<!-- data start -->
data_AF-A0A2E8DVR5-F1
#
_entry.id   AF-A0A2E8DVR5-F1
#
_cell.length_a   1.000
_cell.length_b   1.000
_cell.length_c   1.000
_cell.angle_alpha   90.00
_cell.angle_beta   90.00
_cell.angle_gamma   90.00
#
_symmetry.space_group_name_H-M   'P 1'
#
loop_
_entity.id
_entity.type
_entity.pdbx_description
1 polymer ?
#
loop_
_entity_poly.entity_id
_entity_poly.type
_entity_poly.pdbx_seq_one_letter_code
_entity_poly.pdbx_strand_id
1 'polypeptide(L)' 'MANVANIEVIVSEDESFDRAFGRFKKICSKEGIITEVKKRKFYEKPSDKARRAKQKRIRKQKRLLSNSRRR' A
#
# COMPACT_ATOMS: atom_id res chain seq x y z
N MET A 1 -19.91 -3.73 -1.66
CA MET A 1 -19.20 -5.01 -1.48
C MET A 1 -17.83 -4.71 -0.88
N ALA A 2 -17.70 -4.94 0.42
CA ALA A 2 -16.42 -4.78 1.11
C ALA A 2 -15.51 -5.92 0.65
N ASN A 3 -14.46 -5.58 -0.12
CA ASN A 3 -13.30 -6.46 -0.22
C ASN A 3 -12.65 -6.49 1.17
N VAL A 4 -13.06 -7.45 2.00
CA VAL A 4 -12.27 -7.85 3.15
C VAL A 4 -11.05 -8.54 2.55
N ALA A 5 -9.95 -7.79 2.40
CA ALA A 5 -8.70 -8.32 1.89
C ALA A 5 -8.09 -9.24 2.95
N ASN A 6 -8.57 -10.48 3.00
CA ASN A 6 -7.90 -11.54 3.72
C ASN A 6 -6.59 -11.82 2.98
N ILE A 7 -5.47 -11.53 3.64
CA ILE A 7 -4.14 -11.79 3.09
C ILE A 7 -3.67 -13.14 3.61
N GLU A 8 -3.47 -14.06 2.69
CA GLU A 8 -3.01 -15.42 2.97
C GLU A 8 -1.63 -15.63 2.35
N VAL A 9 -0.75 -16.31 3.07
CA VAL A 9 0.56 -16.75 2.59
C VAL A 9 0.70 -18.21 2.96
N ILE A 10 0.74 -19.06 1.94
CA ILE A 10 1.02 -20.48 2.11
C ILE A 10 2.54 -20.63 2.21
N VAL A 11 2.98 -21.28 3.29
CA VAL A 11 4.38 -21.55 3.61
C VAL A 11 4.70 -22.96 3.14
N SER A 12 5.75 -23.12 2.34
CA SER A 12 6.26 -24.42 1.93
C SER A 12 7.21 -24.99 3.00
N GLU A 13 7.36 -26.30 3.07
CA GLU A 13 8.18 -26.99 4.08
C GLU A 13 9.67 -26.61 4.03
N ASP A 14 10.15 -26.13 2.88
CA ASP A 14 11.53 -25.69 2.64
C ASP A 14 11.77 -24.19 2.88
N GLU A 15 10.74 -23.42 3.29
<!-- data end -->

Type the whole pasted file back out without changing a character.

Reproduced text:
data_AF-A0A2E8DVR5-F1
#
_entry.id   AF-A0A2E8DVR5-F1
#
_cell.length_a   1.000
_cell.length_b   1.000
_cell.length_c   1.000
_cell.angle_alpha   90.00
_cell.angle_beta   90.00
_cell.angle_gamma   90.00
#
_symmetry.space_group_name_H-M   'P 1'
#
loop_
_entity.id
_entity.type
_entity.pdbx_description
1 polymer ?
#
loop_
_entity_poly.entity_id
_entity_poly.type
_entity_poly.pdbx_seq_one_letter_code
_entity_poly.pdbx_strand_id
1 'polypeptide(L)' 'MANVANIEVIVSEDESFDRAFGRFKKICSKEGIITEVKKRKFYEKPSDKARRAKQKRIRKQKRLLSNSRRR' A
#
# COMPACT_ATOMS: atom_id res chain seq x y z
N MET A 1 -19.91 -3.73 -1.66
CA MET A 1 -19.20 -5.01 -1.48
C MET A 1 -17.83 -4.71 -0.88
N ALA A 2 -17.70 -4.94 0.42
CA ALA A 2 -16.42 -4.78 1.11
C ALA A 2 -15.51 -5.92 0.65
N ASN A 3 -14.46 -5.58 -0.12
CA ASN A 3 -13.30 -6.46 -0.22
C ASN A 3 -12.65 -6.49 1.17
N VAL A 4 -13.06 -7.45 2.00
CA VAL A 4 -12.27 -7.85 3.15
C VAL A 4 -11.05 -8.54 2.55
N ALA A 5 -9.95 -7.79 2.40
CA ALA A 5 -8.70 -8.32 1.89
C ALA A 5 -8.09 -9.24 2.95
N ASN A 6 -8.57 -10.48 3.00
CA ASN A 6 -7.90 -11.54 3.72
C ASN A 6 -6.59 -11.82 2.98
N ILE A 7 -5.47 -11.53 3.64
CA ILE A 7 -4.14 -11.79 3.09
C ILE A 7 -3.67 -13.14 3.61
N GLU A 8 -3.47 -14.06 2.69
CA GLU A 8 -3.01 -15.42 2.97
C GLU A 8 -1.63 -15.63 2.35
N VAL A 9 -0.75 -16.31 3.07
CA VAL A 9 0.56 -16.75 2.59
C VAL A 9 0.70 -18.21 2.96
N ILE A 10 0.74 -19.06 1.94
CA ILE A 10 1.02 -20.48 2.11
C ILE A 10 2.54 -20.63 2.21
N VAL A 11 2.98 -21.28 3.29
CA VAL A 11 4.38 -21.55 3.61
C VAL A 11 4.70 -22.96 3.14
N SER A 12 5.75 -23.12 2.34
CA SER A 12 6.26 -24.42 1.93
C SER A 12 7.21 -24.99 3.00
N GLU A 13 7.36 -26.30 3.07
CA GLU A 13 8.18 -26.99 4.08
C GLU A 13 9.67 -26.61 4.03
N ASP A 14 10.15 -26.13 2.88
CA ASP A 14 11.53 -25.69 2.64
C ASP A 14 11.77 -24.19 2.88
N GLU A 15 10.74 -23.42 3.29